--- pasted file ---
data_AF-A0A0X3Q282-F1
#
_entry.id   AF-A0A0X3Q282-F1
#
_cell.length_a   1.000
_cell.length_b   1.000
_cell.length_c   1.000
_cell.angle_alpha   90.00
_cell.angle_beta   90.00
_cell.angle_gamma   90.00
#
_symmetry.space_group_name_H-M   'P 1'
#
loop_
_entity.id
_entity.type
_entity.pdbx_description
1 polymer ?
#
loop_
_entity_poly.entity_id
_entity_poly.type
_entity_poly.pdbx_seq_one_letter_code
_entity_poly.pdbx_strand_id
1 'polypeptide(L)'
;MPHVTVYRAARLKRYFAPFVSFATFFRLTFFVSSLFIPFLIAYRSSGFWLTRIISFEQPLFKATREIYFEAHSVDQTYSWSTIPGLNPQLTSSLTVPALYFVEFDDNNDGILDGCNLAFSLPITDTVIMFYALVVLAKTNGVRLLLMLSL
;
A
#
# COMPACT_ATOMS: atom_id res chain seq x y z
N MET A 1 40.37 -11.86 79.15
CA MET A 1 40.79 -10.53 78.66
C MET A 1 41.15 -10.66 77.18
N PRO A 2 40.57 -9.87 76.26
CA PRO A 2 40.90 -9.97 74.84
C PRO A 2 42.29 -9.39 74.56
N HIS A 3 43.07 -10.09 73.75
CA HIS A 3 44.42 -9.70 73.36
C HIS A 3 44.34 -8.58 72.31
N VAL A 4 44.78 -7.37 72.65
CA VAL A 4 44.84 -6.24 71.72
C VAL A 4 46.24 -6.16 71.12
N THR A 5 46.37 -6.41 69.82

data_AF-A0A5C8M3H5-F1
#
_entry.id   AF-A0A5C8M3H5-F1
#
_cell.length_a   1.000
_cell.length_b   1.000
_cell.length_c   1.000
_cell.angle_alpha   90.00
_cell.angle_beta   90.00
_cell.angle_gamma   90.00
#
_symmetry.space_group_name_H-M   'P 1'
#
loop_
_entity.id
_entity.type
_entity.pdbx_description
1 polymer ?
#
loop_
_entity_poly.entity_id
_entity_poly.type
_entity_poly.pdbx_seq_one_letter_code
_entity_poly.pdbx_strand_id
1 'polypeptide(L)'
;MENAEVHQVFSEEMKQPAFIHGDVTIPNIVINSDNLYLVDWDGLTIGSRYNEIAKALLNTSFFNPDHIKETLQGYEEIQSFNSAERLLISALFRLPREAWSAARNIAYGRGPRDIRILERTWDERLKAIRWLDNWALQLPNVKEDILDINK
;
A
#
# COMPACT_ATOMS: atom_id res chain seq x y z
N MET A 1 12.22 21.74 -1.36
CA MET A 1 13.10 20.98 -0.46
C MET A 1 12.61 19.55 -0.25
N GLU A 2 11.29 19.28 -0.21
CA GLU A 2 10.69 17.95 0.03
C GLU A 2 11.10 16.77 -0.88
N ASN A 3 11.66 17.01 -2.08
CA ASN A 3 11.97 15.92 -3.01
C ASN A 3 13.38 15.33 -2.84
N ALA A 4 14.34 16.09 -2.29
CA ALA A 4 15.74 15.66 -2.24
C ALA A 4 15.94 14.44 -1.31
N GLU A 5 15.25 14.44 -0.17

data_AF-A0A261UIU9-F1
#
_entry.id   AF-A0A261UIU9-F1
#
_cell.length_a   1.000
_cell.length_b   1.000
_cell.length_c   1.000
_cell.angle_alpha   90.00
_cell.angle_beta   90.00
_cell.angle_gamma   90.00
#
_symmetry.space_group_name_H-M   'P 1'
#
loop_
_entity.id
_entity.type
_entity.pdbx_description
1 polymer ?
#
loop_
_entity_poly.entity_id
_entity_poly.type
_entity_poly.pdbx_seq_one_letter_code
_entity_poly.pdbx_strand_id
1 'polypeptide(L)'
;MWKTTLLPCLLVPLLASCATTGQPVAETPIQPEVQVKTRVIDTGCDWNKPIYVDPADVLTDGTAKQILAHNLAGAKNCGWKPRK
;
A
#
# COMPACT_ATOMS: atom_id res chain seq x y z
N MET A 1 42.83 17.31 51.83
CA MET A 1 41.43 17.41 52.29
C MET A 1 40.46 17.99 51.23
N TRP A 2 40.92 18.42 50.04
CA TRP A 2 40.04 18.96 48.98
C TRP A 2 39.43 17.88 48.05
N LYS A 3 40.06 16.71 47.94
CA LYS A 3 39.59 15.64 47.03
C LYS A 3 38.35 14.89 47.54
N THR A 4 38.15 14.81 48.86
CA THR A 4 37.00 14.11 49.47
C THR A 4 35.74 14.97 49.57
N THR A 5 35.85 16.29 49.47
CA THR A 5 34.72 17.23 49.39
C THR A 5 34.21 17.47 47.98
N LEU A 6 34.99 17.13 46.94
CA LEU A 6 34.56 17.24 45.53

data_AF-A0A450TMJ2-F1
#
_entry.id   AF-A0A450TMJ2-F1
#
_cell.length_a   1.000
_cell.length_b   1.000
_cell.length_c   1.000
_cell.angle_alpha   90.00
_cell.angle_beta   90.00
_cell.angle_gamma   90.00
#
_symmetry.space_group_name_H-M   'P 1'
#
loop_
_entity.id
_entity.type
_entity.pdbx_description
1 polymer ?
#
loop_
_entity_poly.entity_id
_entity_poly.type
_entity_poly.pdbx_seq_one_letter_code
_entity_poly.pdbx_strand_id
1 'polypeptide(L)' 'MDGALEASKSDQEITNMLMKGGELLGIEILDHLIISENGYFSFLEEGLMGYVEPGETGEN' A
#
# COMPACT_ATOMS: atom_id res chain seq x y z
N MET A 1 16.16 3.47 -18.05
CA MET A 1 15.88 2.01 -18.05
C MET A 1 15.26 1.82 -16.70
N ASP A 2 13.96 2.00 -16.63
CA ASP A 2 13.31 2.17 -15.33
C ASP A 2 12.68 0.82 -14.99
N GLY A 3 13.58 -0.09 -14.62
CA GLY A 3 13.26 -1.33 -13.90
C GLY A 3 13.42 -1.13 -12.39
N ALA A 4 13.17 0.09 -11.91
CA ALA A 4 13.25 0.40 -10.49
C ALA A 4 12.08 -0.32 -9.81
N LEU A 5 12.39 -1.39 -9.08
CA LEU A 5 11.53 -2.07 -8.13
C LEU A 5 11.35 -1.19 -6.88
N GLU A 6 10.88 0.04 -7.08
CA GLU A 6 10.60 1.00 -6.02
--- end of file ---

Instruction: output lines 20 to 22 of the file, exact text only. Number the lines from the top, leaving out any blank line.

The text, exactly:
loop_
_entity_poly.entity_id
_entity_poly.type